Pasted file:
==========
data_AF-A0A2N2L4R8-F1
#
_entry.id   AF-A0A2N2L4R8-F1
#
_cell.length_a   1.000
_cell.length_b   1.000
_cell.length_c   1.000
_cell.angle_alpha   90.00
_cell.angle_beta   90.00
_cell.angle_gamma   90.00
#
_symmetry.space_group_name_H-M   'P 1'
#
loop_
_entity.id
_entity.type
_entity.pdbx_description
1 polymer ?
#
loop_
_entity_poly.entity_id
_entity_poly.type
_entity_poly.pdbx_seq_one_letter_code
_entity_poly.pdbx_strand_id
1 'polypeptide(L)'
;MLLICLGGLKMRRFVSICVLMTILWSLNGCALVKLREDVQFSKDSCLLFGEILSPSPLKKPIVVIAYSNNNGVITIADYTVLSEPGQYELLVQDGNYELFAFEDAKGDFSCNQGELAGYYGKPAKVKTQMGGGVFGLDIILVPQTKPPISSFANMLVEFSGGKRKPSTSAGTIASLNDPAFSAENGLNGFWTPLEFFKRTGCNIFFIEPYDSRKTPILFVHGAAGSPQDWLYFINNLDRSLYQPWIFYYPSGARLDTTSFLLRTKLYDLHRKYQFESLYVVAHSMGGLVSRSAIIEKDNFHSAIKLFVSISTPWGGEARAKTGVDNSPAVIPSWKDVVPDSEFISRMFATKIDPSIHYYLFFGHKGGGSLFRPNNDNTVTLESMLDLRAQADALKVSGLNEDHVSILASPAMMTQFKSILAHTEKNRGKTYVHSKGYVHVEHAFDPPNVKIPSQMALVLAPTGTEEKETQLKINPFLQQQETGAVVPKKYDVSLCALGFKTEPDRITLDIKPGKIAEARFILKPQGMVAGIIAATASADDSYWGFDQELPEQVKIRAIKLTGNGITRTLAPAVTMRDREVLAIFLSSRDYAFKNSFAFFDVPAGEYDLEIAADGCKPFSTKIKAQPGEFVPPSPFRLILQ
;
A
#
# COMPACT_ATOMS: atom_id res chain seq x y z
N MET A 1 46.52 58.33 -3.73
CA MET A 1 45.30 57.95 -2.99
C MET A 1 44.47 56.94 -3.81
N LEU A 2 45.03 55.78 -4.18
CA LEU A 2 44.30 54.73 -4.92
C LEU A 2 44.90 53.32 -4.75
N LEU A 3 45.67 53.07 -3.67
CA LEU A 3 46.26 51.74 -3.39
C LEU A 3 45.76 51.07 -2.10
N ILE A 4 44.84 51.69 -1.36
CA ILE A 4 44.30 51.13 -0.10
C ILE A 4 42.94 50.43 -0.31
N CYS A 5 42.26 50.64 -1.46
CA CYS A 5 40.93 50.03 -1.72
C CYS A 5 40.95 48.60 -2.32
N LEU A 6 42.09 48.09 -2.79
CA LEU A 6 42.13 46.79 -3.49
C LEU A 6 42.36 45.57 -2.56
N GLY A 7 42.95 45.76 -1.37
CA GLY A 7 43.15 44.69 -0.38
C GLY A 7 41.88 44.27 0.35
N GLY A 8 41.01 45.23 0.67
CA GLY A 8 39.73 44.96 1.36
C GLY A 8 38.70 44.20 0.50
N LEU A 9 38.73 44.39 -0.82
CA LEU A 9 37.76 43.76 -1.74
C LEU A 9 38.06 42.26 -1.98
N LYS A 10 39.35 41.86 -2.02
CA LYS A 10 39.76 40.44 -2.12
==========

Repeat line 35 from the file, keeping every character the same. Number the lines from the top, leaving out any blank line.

CA LEU A 2 44.30 54.73 -4.92